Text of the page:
Top 10 BIM Acronyms
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Top 10 BIM Acronyms Explained

 

There is a growing interest in BIM and the benefits that follow this process. But, as this intelligent data presentation has English as the first language, the acronyms and vocabulary abstracted from it are a separate skill that an engineer should master.

 

Here is a list that our team prepared for you. It contains all the essential information so that you wouldn’t get confused at your next big meeting.

 

 

1. IFC “Industry Foundation Classes”

It is a data model intended to describe architectural, building, and construction industry data. It has an open and neutral file format for exchanging data and was developed by a global organization called BuildingSMART. 

Regardless of what software platform you are using, the information can be openly exchanged. 

Most software platforms will have an IFC export function or the ability to save data in IFC format.

 

2. LOD “Level of Detail”

It represents the measure of graphical or 3D information inside a data model at any point in the project. Levels of Detail and Levels of Information are together called “Levels of Definition.” 

 

3. LOI “Level of Information” 

It is the measure of non-graphical information inside a data model at a given stage. It can be framed by timetables, determinations, or other 2D documentation.

 

4. MIDP “Master Information Delivery Plan”

This is a report created from the BIM Execution Plan, setting out what data should be conveyed. The configuration ought to be described in the timescales and who needs to deliver it. Under a MIDP sit different Task Information Delivery Plans (TIDPs), which all feed into the expert report.

 

5. BIM EP “BIM Execution Plan”

A BIM execution plan is a comprehensive document that helps the project team identify and execute the role BIM plays in the various phases of construction management. Correctly built BEPs help keep teams on track by focusing on the crucial details, not necessarily micro-details, saving time for the team and the project.

 

6. EIR “Employer’s Information Requirements”

Directly at the beginning, Clients or Employers set out the data they will need in this report. It will state what they need at critical phases of the undertaking to decide what they’ll require at handover to work their new resource at an ideal level. This archive is set up, so project groups understand what graphical and non-graphical data is needed and when.

 

7. PIM / AIM “Project Information Model” / “Asset Information Model”

PIM is an information model developed during the design and construction phase of a project. The requirements for the Project Information Model are set out in Employer’s Information Requirements (EIR). It is likely to consist of a federated building information model, non-graphical data, and associated documentation.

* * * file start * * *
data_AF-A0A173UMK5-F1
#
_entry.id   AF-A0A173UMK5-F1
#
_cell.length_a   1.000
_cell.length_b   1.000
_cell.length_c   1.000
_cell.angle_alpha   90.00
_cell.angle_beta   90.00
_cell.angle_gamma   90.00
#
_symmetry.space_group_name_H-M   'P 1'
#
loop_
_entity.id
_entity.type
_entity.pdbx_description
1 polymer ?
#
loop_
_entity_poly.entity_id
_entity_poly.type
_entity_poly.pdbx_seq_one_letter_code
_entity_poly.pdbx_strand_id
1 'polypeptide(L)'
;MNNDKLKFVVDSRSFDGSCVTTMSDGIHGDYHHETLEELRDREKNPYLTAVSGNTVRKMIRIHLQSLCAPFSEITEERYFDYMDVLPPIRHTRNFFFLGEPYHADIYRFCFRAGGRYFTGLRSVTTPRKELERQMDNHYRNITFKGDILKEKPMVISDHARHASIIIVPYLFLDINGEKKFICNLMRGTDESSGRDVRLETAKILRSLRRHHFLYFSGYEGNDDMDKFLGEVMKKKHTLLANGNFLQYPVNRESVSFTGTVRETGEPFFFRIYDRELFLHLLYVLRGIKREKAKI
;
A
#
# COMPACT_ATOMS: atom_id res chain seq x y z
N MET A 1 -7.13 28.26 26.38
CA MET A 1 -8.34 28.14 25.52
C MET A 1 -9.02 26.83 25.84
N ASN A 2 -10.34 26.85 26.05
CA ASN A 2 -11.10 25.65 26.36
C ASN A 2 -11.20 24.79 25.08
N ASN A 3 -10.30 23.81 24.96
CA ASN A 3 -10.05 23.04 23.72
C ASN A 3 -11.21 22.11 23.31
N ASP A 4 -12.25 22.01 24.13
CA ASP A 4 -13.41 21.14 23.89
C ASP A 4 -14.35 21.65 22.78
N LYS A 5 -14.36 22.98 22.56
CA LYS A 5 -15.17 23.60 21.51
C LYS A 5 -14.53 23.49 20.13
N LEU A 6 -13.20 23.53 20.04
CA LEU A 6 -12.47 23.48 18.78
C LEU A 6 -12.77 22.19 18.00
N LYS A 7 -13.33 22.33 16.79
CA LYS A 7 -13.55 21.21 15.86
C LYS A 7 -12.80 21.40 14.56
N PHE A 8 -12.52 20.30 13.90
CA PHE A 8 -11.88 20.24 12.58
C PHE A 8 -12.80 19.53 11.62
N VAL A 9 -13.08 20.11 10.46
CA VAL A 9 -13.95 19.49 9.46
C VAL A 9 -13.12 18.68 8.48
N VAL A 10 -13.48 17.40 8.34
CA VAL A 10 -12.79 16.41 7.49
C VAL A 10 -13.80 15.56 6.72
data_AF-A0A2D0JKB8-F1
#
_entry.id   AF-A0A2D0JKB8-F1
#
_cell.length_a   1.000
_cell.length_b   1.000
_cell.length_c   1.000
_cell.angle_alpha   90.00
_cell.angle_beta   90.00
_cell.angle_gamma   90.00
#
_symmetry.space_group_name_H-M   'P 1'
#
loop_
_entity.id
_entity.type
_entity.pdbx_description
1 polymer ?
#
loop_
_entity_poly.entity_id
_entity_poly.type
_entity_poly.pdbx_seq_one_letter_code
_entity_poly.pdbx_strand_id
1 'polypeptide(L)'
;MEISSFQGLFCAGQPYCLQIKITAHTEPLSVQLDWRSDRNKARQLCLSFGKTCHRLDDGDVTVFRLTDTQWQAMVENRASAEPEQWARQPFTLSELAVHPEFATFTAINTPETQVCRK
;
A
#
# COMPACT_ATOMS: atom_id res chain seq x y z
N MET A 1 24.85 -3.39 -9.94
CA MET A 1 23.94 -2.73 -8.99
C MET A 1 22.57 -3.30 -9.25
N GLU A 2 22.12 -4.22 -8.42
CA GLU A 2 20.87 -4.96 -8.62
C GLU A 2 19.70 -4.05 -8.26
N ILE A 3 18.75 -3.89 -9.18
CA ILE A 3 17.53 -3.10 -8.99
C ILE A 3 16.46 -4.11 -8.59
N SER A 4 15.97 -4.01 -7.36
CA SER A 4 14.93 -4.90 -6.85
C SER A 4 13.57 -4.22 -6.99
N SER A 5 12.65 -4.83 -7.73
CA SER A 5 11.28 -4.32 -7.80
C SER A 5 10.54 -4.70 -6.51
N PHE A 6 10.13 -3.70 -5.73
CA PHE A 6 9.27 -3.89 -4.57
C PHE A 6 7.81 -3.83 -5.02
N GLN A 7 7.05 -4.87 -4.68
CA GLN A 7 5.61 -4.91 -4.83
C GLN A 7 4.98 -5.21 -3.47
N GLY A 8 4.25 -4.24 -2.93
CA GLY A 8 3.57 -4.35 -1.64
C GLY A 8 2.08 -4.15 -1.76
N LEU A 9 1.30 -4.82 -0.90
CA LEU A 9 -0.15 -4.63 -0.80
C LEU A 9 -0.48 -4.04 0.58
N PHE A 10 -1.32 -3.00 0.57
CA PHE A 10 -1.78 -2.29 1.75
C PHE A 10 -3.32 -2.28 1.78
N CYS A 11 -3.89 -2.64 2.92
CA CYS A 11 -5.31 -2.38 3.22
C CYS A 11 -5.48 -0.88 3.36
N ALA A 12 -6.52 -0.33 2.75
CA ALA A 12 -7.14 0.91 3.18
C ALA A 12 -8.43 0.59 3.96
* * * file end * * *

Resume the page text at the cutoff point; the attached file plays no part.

Once the construction is complete, the Project Information Model is developed into an Asset Information Model (AIM) to be used during the operational phase.

 

8. PAS 1192 “Publically Available Specification 1192”

A series of PAS documents are set out to establish the requirements for achieving BIM Level 2. This is providing a framework for collaborative working and information requirements.

They are published by the British Standards Institution.

 

9. BEP “BIM Execution Plan”

A document prepared by the contractor shows how aspects of the project’s information model will be taken into account in carrying out the planning and implementation phases. In other words, the BEP is the contractor’s response to the requirements included in the EIR.

 

10. CAPEX “Capital Expenditure – for Capital Expenditure”

For a tradesman, this represents the cash flow to have a fixed capital investment. It is the financial commitment that goes into supporting the construction of an asset or building.

 

 

 

Expect the acronyms; you will also encounter a lot of big words. Here is an explanation for some of them.

 

  • Data Set

The model formed in graphical and non-graphical information is called a data set. As the engineers will add more details over the building’s life span, it will grow in richness.

 

  • Federate

It is a term representing all the information models being put into one. For the graphical information, software tools are used to ensure that the models are created on the same scale and with the exact coordinates.

The federated model is shared in the CDE.

It gives all parties one source of clear, structured information.

 

  • Interoperability

Different team members work in other software, and when federated, the result can also be in a different format. You need to make sure that the files can be exchanged, opened, viewed, and interrogated easily between all platforms and the pieces of data are not lost or corrupted in the process. This is called interoperability.

 

  • Originator

It is a name for the person or organization that created a piece of data in the first place. 

 

  • Attribute Data

The non-graphical data in BIM can be linked and referenced to the graphical data. That information is known as its attributes, and it is called attribute data.

 

  • Data Drop

This represents the process of presenting fixed information at a given point or milestone in a project. The PAS 1192-2 highlights a number of points in the project process when data sets can be extracted from the information model. They are called data drops.

 

 

 

 

Sources:

https://www.theb1m.com/

https://biblus.accasoftware.com/en/

https://www.thenbs.com/

https://www.designingbuildings.co.uk/wiki/Home

https://en.wikipedia.org/wiki/Industry_Foundation_Classes

https://www.britishprecast.org/